I won't spoil it for you if you haven't seen the show, but suffice to say I was nearly moved to tears by the power of food, of sharing the preparation and enjoyment of a meal together. It's well worth looking for this episode.

    So we say Arrivederci Italy
    In April, Gourmet Magazine's editor Ruth Reichl, says "Arrivederci Italy" and shares a fun story of her college days, following boys on Vespas to their home for dinner. And yes, there's a happy ending to the story. She learned that what Americans think of as "Italian" is really thought of in regional terms in Italy. Campania, Basilicata, Sardinia, Emilia-Romagna, Trentino-Alto Aldige, Sardinia and so on. Her story ended, with her request that her host tell his Nonna how grateful Ruth was to have "Finally tasted Italy." And then, with Nonna scolding her to remember it's not , but food from Campania. It's a beautiful story whose theme is echoed in each of these other stories.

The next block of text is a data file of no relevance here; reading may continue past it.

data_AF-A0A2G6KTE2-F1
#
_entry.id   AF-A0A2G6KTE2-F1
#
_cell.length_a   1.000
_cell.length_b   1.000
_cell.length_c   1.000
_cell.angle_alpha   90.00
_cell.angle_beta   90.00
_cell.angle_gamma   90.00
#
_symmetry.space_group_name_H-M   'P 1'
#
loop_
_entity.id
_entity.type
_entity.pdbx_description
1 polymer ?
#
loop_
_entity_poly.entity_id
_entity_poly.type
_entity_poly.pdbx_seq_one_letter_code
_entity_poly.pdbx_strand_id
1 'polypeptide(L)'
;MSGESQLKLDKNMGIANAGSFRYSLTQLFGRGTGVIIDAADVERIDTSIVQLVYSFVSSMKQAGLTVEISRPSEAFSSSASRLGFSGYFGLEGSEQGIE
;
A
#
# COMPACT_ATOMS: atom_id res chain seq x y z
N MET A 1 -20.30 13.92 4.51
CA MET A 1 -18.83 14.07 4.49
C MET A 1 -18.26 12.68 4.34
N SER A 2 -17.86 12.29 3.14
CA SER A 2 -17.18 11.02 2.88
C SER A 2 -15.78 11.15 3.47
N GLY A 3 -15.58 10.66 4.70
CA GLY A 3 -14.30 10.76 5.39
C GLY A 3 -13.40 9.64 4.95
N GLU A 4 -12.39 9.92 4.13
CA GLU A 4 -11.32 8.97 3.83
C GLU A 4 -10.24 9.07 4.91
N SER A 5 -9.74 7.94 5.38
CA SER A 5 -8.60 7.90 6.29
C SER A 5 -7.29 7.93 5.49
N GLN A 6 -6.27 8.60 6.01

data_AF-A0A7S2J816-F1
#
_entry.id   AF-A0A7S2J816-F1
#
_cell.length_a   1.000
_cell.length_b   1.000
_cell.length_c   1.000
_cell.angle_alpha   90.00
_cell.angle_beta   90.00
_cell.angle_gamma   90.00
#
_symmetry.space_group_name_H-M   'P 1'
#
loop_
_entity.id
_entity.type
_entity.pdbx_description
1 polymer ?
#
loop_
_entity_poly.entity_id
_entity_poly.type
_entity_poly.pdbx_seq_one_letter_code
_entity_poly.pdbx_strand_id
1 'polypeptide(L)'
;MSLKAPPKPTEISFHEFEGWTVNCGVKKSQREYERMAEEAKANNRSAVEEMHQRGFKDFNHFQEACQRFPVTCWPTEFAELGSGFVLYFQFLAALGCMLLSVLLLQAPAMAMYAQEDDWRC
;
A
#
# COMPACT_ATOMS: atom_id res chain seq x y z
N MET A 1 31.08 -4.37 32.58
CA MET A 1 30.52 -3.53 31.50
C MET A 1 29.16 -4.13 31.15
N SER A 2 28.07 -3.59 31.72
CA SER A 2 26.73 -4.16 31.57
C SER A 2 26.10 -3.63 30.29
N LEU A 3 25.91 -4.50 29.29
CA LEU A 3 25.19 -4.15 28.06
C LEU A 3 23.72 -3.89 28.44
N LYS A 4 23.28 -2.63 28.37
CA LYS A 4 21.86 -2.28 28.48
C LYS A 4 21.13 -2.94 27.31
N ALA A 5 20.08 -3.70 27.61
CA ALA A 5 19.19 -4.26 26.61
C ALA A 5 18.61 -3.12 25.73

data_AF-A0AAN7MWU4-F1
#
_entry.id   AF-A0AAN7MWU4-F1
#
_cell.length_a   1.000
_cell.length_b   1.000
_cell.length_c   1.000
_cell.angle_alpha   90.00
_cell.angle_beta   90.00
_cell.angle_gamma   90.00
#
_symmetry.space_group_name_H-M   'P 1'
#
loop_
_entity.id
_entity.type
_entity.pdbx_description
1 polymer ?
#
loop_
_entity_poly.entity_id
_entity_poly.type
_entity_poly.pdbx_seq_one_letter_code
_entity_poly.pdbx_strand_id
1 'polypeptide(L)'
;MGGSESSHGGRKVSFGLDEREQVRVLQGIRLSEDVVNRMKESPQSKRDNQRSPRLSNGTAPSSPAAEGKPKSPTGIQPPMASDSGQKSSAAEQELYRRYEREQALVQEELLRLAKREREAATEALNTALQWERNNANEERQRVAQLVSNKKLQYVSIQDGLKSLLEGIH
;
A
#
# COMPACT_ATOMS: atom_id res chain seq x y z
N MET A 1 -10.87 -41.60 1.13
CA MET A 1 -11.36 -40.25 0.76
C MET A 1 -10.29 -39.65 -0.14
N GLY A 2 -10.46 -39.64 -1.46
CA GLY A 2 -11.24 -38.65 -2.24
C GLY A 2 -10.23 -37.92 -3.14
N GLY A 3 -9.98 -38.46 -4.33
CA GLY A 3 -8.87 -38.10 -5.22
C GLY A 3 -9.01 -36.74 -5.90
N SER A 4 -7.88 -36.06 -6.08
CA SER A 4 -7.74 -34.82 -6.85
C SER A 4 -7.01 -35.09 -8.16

Regina Schrambling, AKA Gastropoda, writes a letter from Italy also on Epicurious.com. While she's enjoying a rapturous plate of gnocchi, all the Italians with whom she is dining are arguing about what's wrong with the dish which they insisted she get. Then one friend laughed and said: "You get three Italians, you get three different versions."

    Have a little Faith
    The Epicurious site contains a fantastic primer on regional Italian cuisine, called Getting the Boot by Faith Willinger — cookbook author, cooking school instructor, and Florence resident. It is well worth a look.

    Home cooking - Underground Movement Afoot Here
    I have enjoyed cooking for people in my home and recommend it often, as you might have picked up by now. My Orphans' Refugees' and Procrastinators' Thanksgivings
    are also testament to this.